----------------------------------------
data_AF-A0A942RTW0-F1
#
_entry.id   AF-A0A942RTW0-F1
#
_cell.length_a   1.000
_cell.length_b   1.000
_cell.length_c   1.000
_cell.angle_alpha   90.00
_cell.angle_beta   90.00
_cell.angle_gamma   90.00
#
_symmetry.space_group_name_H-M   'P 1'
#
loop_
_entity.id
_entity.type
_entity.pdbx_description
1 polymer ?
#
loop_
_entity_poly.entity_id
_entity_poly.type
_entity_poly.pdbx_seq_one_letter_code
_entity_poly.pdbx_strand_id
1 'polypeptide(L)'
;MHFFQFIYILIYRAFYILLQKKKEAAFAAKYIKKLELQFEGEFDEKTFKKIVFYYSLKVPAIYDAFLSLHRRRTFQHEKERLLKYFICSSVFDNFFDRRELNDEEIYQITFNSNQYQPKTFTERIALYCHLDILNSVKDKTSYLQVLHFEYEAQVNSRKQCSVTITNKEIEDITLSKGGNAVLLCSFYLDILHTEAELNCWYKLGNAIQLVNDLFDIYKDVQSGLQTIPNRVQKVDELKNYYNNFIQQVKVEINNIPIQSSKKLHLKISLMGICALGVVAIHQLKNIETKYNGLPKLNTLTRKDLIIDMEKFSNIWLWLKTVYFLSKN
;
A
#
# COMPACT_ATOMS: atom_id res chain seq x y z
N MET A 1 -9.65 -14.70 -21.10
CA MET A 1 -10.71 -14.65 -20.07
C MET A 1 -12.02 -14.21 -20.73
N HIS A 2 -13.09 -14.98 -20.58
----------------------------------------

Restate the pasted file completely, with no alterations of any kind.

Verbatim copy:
data_AF-A0A942RTW0-F1
#
_entry.id   AF-A0A942RTW0-F1
#
_cell.length_a   1.000
_cell.length_b   1.000
_cell.length_c   1.000
_cell.angle_alpha   90.00
_cell.angle_beta   90.00
_cell.angle_gamma   90.00
#
_symmetry.space_group_name_H-M   'P 1'
#
loop_
_entity.id
_entity.type
_entity.pdbx_description
1 polymer ?
#
loop_
_entity_poly.entity_id
_entity_poly.type
_entity_poly.pdbx_seq_one_letter_code
_entity_poly.pdbx_strand_id
1 'polypeptide(L)'
;MHFFQFIYILIYRAFYILLQKKKEAAFAAKYIKKLELQFEGEFDEKTFKKIVFYYSLKVPAIYDAFLSLHRRRTFQHEKERLLKYFICSSVFDNFFDRRELNDEEIYQITFNSNQYQPKTFTERIALYCHLDILNSVKDKTSYLQVLHFEYEAQVNSRKQCSVTITNKEIEDITLSKGGNAVLLCSFYLDILHTEAELNCWYKLGNAIQLVNDLFDIYKDVQSGLQTIPNRVQKVDELKNYYNNFIQQVKVEINNIPIQSSKKLHLKISLMGICALGVVAIHQLKNIETKYNGLPKLNTLTRKDLIIDMEKFSNIWLWLKTVYFLSKN
;
A
#
# COMPACT_ATOMS: atom_id res chain seq x y z
N MET A 1 -9.65 -14.70 -21.10
CA MET A 1 -10.71 -14.65 -20.07
C MET A 1 -12.02 -14.21 -20.73
N HIS A 2 -13.09 -14.98 -20.58